In a shocking development, House Majority Leader Kevin McCarthy Thursday threw the contest for Speaker wide open by suddenly dropping out of the race.
McCarthy was a sure bet to win the support of a majority of the GOP caucus during a vote that had been scheduled for today, but it was uncertain whether rebellious conservatives would deny him the 218 he would need to be elected later this month on the floor.
The vote among Republicans was rescheduled from today until Oct. 29.
According to Rep. Darrell Issa, R-Calif., McCarthy told Republicans that he didn’t think he could unite the Republican Party.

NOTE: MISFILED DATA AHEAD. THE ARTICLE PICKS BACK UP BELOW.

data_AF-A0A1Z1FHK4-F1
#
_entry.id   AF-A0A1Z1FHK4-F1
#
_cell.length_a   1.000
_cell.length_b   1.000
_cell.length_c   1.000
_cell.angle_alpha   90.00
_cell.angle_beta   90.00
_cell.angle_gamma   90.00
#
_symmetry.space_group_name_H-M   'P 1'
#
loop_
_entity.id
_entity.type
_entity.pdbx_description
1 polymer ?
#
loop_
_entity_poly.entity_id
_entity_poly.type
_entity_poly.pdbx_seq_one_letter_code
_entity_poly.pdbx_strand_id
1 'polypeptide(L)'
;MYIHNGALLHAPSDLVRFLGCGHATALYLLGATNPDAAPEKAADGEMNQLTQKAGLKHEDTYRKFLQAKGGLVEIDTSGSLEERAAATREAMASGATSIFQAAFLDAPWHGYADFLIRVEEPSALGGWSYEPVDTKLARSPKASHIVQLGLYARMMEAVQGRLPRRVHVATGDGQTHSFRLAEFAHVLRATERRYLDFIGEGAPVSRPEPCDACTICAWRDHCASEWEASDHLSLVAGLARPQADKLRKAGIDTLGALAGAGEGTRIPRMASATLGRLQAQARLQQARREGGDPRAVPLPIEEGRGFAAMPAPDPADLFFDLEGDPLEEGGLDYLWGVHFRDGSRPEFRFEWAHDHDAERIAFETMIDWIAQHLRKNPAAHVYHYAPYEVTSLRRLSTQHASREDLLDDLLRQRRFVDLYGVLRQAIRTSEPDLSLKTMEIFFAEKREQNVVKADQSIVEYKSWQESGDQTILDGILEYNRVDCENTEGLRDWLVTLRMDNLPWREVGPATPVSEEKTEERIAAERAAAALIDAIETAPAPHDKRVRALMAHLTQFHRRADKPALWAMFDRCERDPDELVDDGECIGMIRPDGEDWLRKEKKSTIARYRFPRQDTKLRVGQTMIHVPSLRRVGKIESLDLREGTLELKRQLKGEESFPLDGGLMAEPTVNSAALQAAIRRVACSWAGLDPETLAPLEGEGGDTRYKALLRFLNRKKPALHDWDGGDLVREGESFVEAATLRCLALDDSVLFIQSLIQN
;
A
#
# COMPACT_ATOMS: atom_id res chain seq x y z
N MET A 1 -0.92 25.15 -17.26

“I’m not the one,” McCarthy reportedly told Republicans during the meeting today, to stunned silence.
“I just think it’s best to have a new face,” McCarthy told reporters early Thursday afternoon.
McCarthy has faced complaints from conservatives that he would be a kind of rerun of Speaker John Boehner, rebuffing them while favoring a more moderate course.
McCarthy had recently run into trouble by appearing to suggest that the Benghazi Committee was established for political purposes to sink the campaign of Hillary Clinton.
Even some Republicans had begun to question his suitability to serve as Speaker. Now they don’t have to worry about it.